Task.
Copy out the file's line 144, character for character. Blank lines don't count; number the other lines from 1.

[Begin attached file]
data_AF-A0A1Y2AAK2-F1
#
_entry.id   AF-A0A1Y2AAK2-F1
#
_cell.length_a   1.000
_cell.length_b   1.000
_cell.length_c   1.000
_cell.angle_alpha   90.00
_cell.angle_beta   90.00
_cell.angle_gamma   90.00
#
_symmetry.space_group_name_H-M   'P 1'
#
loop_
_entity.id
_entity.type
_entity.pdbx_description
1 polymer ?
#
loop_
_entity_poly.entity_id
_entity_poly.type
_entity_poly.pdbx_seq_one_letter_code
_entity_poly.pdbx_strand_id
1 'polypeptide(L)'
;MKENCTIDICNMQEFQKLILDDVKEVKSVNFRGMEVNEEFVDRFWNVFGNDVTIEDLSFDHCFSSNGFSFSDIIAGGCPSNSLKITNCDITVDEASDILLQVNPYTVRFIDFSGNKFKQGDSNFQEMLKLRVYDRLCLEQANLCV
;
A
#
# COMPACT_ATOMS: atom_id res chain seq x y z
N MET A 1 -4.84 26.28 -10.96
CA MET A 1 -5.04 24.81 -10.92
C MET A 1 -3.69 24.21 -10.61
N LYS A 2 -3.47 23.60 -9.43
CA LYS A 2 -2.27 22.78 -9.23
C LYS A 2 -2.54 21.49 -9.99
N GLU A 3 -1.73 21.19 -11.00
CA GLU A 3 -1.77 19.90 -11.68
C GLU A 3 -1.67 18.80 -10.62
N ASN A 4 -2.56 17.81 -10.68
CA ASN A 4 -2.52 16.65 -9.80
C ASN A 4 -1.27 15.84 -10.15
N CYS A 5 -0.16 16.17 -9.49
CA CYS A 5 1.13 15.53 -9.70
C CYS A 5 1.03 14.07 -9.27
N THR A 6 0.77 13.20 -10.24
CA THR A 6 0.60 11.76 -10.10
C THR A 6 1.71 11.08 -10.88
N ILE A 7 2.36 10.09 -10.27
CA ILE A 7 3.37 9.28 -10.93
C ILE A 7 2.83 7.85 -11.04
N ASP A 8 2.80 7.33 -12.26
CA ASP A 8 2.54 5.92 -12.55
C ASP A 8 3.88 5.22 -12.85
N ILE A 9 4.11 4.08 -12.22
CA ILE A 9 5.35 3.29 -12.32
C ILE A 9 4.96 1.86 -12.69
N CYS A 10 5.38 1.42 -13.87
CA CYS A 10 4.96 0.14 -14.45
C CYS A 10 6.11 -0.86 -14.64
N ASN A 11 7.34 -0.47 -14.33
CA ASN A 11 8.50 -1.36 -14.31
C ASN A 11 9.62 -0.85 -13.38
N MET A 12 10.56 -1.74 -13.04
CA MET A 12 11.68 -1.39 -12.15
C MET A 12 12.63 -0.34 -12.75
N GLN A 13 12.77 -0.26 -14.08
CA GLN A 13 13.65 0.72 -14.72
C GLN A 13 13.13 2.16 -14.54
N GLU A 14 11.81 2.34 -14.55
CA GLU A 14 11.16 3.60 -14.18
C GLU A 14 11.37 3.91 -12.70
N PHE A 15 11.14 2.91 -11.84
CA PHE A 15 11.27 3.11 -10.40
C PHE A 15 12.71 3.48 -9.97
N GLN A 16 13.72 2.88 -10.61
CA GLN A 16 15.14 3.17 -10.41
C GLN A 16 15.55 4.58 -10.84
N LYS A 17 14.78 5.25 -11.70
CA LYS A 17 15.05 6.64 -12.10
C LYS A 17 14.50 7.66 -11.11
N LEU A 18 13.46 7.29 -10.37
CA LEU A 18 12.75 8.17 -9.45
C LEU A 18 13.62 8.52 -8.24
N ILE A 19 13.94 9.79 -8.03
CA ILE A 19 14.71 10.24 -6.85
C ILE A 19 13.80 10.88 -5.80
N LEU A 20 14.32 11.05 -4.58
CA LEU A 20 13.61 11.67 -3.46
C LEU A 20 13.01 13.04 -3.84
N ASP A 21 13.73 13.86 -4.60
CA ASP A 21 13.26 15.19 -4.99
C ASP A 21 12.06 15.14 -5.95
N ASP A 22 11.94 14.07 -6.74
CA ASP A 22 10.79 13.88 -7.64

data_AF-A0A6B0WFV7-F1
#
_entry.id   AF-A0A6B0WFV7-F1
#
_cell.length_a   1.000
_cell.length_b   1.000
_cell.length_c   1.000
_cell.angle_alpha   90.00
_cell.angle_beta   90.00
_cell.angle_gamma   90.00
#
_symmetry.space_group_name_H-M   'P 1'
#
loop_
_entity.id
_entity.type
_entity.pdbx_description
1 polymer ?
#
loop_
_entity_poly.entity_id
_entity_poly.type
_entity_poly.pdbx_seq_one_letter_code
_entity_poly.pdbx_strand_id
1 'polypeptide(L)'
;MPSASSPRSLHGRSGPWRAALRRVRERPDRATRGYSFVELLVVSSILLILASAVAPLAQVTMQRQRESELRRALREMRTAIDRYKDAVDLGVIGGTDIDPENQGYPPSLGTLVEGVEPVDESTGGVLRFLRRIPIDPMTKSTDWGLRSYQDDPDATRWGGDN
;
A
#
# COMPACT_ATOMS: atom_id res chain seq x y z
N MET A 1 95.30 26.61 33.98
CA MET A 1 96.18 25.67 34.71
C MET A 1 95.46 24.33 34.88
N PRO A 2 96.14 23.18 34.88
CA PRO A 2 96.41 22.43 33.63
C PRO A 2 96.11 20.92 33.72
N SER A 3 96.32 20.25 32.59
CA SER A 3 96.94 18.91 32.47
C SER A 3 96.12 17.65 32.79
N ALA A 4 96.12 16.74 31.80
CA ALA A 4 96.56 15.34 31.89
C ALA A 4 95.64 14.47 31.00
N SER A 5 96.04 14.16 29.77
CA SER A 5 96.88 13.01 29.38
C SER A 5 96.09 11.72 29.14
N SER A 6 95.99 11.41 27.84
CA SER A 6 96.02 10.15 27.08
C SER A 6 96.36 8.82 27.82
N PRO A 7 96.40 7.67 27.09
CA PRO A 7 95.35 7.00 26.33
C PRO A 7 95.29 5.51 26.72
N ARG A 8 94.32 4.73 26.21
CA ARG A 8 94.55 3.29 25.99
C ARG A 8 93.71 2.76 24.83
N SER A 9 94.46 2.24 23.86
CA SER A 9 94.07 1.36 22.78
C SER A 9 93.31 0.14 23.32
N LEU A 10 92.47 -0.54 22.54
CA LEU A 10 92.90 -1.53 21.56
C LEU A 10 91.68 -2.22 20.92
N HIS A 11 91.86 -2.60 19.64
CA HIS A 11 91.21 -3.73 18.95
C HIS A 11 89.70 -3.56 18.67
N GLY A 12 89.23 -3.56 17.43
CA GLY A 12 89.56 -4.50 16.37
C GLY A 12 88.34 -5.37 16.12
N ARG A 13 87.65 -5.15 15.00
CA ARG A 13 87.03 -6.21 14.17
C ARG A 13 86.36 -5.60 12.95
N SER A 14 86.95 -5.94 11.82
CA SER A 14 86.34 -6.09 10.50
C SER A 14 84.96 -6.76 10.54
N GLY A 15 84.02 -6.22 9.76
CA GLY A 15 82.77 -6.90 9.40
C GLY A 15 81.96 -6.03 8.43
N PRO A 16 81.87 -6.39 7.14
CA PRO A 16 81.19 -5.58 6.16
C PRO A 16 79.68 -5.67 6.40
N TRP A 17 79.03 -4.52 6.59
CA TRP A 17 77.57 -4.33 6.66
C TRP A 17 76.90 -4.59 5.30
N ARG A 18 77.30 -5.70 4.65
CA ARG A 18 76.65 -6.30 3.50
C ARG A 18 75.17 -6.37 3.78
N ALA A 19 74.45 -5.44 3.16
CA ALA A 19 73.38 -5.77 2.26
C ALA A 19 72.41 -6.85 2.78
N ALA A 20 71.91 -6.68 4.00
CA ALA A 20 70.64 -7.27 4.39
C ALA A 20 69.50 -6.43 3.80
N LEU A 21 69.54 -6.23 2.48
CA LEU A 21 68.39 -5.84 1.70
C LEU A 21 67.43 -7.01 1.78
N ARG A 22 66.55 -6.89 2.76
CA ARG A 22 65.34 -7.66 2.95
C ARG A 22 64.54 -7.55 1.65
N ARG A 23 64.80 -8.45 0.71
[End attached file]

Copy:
N PRO A 7 96.40 7.67 27.09